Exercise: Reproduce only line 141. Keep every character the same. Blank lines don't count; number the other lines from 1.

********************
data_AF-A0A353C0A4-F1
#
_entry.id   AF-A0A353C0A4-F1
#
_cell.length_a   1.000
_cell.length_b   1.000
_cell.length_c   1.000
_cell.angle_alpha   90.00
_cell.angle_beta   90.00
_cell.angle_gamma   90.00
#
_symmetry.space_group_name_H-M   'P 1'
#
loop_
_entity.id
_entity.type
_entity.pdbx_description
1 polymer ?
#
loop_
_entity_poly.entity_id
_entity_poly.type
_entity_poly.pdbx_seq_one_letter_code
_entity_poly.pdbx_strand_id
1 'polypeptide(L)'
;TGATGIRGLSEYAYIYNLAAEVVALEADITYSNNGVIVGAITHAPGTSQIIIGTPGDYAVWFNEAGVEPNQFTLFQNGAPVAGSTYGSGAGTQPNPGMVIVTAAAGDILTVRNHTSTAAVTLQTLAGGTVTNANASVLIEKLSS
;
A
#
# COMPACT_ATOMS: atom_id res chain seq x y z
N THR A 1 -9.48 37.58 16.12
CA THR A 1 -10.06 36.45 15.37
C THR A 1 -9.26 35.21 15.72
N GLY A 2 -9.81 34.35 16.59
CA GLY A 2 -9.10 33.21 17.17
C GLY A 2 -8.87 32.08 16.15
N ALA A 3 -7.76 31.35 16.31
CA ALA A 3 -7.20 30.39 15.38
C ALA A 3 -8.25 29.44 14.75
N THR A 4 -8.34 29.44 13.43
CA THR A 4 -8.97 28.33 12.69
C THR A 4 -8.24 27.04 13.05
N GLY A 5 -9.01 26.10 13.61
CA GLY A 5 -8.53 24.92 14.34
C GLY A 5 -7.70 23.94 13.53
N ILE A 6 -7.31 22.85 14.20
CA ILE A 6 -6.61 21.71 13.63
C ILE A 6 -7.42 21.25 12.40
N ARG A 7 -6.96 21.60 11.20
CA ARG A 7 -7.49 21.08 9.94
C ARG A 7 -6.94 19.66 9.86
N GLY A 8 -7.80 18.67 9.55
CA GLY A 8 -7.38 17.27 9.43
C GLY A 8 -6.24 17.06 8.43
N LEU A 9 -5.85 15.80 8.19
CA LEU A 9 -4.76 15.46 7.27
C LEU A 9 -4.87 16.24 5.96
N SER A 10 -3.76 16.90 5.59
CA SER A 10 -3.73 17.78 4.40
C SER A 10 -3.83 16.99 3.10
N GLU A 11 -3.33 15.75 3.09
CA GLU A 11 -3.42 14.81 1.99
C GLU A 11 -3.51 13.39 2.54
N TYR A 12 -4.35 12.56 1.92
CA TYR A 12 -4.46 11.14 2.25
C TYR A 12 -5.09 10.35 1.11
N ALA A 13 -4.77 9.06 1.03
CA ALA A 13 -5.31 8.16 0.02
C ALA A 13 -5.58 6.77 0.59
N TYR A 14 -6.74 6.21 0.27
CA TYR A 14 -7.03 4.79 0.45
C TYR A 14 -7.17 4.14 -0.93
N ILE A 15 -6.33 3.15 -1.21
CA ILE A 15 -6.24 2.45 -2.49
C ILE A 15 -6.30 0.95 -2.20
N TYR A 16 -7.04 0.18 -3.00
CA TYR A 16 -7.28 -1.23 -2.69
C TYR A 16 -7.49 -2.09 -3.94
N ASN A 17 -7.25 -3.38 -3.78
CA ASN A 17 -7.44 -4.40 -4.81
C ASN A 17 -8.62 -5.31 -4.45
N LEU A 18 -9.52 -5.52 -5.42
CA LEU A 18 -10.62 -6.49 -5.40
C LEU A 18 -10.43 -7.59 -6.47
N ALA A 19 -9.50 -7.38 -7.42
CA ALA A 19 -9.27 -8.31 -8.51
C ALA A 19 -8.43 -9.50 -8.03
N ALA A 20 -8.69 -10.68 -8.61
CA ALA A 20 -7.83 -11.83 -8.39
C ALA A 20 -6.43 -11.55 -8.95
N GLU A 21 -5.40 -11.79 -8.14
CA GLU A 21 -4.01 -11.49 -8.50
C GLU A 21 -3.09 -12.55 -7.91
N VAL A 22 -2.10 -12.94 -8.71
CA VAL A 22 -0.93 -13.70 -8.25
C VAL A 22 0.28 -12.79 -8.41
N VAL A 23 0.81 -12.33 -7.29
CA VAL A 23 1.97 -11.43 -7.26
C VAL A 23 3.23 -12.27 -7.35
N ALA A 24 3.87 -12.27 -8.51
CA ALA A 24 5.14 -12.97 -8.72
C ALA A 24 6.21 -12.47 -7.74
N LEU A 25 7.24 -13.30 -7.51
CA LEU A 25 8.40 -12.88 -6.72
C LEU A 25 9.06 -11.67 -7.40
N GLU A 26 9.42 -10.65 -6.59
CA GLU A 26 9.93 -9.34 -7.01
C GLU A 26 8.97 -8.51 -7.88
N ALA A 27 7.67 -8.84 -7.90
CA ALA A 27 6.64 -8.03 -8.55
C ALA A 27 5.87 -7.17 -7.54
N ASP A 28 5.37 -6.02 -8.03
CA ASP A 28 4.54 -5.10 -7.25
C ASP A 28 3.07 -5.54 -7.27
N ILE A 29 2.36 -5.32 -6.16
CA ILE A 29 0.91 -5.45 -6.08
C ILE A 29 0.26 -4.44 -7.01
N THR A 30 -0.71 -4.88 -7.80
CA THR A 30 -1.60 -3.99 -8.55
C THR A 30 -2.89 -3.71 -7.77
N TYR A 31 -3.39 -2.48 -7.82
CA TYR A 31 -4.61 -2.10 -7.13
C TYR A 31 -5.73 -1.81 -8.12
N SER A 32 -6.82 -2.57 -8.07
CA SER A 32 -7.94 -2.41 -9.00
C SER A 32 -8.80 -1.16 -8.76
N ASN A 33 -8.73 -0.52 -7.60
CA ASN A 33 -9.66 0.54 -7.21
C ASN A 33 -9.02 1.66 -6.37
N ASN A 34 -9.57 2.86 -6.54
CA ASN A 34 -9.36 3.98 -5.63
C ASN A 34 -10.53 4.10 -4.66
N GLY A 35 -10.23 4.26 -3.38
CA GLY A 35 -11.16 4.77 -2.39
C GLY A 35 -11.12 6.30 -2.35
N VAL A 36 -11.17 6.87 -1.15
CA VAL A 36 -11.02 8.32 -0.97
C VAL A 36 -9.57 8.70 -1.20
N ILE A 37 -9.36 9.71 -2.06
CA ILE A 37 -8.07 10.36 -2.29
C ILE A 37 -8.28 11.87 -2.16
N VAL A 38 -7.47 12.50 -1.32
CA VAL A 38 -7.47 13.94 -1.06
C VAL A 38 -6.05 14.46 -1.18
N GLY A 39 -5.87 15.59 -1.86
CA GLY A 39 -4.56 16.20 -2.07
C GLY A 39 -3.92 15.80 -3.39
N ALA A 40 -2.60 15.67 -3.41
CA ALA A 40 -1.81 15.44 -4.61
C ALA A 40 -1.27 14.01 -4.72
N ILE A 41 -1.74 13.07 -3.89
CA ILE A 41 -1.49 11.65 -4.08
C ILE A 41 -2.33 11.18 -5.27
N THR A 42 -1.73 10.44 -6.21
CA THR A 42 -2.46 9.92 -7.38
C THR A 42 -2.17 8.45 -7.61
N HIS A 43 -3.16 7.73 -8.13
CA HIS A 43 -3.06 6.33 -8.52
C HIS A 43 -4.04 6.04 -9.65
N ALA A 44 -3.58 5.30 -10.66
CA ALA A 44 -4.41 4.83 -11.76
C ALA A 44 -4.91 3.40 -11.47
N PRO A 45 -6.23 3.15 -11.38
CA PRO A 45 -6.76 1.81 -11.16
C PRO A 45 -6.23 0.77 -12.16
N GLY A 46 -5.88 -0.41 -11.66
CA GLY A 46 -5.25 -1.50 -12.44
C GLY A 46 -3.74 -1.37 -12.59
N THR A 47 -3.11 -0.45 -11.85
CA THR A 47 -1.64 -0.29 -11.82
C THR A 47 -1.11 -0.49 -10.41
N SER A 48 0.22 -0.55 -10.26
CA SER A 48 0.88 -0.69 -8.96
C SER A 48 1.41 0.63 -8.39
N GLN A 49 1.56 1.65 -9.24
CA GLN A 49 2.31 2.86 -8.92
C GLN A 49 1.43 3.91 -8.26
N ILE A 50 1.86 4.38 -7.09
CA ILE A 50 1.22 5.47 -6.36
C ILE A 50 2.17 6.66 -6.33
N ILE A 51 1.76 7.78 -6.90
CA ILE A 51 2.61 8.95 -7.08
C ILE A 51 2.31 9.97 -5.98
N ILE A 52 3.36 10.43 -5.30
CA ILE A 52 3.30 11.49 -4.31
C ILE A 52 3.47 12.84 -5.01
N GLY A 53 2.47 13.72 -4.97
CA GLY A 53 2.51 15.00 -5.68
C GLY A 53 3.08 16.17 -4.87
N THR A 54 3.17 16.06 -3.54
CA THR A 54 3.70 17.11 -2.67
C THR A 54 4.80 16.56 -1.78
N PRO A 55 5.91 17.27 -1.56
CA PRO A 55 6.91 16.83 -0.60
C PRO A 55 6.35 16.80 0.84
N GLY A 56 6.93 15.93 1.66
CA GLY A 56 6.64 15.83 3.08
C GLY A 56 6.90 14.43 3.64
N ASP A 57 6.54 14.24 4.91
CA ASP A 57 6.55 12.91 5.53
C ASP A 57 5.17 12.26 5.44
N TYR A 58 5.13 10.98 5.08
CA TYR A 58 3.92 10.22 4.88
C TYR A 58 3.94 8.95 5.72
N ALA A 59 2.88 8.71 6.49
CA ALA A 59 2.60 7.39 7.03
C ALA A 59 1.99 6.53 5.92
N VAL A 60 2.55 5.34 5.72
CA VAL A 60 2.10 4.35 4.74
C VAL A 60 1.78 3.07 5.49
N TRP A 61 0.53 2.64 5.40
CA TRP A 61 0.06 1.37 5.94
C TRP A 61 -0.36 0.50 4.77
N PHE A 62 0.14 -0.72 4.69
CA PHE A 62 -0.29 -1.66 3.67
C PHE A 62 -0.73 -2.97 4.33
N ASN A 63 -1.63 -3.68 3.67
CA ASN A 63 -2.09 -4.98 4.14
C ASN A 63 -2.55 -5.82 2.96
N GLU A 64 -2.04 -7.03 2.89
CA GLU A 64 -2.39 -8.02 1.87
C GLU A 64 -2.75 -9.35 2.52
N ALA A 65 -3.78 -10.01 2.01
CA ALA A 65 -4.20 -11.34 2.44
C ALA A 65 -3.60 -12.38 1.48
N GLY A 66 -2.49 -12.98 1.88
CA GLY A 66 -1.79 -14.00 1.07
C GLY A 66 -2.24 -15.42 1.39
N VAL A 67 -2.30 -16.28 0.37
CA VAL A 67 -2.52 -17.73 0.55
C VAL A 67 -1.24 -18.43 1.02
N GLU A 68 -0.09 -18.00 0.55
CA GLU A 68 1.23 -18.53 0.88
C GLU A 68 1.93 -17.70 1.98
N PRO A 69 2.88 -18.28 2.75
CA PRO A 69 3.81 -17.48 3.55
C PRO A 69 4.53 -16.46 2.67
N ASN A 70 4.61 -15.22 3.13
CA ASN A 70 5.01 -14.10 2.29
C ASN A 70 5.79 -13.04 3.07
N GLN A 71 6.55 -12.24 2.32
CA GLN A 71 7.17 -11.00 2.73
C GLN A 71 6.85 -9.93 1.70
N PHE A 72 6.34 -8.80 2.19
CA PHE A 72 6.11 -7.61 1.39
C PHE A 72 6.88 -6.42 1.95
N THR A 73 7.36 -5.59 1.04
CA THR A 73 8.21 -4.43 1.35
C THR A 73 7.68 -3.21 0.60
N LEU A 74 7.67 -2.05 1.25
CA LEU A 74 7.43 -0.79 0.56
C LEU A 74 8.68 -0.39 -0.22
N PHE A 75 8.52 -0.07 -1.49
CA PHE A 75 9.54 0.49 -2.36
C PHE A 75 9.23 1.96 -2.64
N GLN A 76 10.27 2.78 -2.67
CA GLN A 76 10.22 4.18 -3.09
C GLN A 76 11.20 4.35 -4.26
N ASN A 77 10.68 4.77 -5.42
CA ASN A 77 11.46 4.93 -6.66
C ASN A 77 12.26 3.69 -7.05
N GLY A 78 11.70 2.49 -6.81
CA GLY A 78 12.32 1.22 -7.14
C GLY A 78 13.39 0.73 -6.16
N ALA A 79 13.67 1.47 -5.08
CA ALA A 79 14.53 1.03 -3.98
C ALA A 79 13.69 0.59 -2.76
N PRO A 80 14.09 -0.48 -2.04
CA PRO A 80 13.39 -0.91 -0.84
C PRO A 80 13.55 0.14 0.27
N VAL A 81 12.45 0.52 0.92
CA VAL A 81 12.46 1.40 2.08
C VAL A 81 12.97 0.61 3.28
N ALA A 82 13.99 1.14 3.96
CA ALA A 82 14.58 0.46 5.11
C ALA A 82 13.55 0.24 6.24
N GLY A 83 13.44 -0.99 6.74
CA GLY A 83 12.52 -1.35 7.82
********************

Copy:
C ILE A 37 -8.28 11.87 -2.16